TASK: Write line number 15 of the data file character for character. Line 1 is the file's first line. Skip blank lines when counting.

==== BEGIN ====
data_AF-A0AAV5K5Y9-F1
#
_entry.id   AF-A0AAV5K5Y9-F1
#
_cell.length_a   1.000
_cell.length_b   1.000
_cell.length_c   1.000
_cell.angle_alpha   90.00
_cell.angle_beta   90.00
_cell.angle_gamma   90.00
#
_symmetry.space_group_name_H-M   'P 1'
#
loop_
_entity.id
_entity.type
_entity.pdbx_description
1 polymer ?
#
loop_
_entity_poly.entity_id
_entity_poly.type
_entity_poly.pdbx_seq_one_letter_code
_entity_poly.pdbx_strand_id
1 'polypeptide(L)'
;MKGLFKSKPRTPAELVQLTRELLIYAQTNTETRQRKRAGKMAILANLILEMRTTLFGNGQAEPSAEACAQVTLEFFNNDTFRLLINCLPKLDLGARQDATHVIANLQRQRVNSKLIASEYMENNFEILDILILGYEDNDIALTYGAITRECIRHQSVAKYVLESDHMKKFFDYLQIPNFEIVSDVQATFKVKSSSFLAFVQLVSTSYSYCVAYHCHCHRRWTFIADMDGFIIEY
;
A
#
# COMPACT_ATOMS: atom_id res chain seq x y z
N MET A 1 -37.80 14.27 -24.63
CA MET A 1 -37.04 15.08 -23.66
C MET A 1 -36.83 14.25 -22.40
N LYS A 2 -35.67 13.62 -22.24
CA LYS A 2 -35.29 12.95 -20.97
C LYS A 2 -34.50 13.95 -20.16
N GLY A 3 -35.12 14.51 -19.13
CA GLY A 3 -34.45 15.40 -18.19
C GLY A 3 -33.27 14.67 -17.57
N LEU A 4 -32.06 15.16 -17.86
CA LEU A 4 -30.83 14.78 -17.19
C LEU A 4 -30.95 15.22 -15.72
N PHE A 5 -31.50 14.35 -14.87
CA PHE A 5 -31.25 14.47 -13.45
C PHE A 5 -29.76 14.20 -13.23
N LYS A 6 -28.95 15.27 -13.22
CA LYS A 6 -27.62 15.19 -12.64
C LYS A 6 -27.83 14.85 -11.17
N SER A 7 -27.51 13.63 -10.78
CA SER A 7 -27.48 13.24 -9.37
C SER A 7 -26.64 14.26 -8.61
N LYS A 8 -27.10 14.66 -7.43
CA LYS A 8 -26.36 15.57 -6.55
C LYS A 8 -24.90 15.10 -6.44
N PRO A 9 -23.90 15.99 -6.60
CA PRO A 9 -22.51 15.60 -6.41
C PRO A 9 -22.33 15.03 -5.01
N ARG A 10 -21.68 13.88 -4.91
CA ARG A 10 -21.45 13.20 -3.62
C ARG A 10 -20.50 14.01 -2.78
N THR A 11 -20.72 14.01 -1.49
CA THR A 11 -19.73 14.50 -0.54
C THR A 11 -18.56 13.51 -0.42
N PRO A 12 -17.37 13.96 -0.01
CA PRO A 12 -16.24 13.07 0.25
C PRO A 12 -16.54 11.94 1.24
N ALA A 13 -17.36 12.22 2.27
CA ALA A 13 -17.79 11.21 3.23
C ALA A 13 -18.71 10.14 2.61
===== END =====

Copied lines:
_entity.id